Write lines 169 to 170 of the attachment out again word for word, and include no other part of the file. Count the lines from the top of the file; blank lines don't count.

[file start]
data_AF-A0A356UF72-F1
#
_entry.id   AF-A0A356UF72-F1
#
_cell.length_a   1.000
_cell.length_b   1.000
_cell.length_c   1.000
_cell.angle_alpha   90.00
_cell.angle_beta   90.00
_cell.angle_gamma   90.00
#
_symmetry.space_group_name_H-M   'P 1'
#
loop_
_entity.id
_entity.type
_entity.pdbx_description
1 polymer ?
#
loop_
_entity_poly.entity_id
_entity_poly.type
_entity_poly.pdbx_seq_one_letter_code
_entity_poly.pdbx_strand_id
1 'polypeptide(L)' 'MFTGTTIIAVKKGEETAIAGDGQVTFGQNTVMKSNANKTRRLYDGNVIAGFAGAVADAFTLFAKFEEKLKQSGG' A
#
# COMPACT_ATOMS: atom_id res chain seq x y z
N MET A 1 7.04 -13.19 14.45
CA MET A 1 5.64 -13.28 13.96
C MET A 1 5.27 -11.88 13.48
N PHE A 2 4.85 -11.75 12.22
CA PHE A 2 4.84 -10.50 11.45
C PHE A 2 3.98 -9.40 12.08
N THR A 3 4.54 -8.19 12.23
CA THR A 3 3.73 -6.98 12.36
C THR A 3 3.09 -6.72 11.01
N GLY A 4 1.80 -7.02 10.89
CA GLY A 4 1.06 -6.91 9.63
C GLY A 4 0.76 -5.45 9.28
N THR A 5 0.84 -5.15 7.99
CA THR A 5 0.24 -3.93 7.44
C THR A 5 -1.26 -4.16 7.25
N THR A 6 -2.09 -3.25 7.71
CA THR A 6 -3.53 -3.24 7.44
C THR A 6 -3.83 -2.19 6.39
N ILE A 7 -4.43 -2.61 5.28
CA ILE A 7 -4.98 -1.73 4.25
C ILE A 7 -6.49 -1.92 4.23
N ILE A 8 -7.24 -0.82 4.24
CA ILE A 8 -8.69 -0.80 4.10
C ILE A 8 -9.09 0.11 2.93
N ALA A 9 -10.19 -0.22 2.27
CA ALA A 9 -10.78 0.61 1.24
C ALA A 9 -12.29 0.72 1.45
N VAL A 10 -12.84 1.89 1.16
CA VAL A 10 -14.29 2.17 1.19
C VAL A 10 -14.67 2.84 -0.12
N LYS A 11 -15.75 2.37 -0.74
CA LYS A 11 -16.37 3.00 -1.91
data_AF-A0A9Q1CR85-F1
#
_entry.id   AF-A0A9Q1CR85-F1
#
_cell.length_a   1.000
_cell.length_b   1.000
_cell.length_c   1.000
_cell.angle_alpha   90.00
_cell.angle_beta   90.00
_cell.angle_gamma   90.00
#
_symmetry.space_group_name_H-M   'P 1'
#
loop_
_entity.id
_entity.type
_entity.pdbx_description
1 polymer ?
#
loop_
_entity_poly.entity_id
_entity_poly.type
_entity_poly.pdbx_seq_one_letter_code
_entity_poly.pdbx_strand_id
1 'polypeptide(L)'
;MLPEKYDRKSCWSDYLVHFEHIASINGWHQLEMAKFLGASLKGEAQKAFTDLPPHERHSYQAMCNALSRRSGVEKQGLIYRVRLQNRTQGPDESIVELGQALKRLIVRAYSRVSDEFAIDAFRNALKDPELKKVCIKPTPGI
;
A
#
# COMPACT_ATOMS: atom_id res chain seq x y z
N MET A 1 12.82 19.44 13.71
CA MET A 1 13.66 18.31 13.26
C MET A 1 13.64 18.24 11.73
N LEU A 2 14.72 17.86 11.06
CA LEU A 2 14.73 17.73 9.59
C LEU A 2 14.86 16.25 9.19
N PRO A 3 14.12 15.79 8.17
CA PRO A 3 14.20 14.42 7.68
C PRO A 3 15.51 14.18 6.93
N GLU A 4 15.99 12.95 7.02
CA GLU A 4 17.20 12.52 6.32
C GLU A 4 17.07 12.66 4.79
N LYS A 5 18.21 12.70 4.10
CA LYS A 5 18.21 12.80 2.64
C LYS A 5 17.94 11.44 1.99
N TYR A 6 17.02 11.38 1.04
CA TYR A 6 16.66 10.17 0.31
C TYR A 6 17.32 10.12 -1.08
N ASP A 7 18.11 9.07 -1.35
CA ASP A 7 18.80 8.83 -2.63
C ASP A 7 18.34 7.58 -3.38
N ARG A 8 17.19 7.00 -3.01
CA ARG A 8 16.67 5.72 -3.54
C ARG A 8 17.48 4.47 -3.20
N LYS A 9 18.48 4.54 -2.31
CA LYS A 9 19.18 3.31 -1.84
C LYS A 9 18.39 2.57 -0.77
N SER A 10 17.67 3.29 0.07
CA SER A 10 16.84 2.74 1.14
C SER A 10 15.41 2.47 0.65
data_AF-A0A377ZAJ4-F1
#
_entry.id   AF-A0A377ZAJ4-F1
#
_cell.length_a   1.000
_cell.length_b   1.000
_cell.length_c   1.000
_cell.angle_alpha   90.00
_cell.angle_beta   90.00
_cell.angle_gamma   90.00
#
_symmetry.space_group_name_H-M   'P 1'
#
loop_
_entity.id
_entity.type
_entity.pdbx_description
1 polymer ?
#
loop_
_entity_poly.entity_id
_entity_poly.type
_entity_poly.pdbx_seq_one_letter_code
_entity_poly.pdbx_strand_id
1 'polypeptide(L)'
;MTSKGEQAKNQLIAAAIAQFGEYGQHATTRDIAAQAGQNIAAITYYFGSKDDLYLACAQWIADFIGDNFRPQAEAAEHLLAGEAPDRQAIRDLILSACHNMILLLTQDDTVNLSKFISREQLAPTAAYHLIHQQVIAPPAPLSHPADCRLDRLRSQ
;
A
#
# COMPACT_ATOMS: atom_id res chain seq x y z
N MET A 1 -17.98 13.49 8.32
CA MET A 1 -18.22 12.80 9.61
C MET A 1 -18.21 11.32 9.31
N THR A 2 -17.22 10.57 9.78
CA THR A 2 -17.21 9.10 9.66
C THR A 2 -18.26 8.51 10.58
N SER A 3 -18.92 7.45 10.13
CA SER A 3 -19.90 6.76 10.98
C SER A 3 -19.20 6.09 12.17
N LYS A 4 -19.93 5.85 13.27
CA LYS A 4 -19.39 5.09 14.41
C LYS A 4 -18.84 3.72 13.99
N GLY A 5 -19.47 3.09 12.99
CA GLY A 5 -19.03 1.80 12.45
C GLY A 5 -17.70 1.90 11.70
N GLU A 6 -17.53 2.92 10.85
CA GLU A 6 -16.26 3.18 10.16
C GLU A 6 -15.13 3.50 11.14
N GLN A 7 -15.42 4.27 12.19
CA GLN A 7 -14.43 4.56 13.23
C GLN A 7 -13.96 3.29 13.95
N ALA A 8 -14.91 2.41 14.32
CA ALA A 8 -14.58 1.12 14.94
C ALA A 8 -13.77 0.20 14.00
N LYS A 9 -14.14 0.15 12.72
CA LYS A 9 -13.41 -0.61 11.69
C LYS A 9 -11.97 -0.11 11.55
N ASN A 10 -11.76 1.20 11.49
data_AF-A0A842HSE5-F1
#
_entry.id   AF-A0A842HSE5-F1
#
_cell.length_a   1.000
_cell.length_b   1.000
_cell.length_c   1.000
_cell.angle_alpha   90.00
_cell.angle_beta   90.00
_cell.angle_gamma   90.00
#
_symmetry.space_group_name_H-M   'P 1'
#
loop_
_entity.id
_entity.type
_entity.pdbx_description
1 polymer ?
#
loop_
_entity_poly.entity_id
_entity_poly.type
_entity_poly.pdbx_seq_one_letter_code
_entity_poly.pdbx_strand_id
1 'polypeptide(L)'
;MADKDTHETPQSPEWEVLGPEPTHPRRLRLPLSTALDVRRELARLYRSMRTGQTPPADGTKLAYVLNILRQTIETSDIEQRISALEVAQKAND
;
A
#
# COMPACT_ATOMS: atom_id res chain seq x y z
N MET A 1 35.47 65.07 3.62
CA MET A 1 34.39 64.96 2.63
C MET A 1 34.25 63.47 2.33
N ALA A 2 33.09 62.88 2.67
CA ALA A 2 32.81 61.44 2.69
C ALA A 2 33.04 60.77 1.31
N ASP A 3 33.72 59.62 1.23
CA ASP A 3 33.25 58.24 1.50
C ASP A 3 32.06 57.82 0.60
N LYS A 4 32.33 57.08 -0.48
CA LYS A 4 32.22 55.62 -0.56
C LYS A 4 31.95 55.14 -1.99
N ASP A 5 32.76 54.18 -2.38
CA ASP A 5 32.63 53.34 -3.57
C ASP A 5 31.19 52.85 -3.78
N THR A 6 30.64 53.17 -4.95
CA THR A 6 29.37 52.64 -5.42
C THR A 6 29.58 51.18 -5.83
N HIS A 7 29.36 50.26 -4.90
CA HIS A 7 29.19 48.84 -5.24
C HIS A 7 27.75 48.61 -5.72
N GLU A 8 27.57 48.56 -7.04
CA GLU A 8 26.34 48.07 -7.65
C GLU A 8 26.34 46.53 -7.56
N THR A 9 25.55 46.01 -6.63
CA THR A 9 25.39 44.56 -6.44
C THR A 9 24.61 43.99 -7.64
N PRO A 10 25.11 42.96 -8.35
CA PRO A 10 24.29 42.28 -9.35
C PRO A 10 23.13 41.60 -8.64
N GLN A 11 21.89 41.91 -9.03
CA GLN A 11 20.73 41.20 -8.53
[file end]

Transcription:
CA GLN A 7 -14.43 4.56 13.23
C GLN A 7 -13.96 3.29 13.95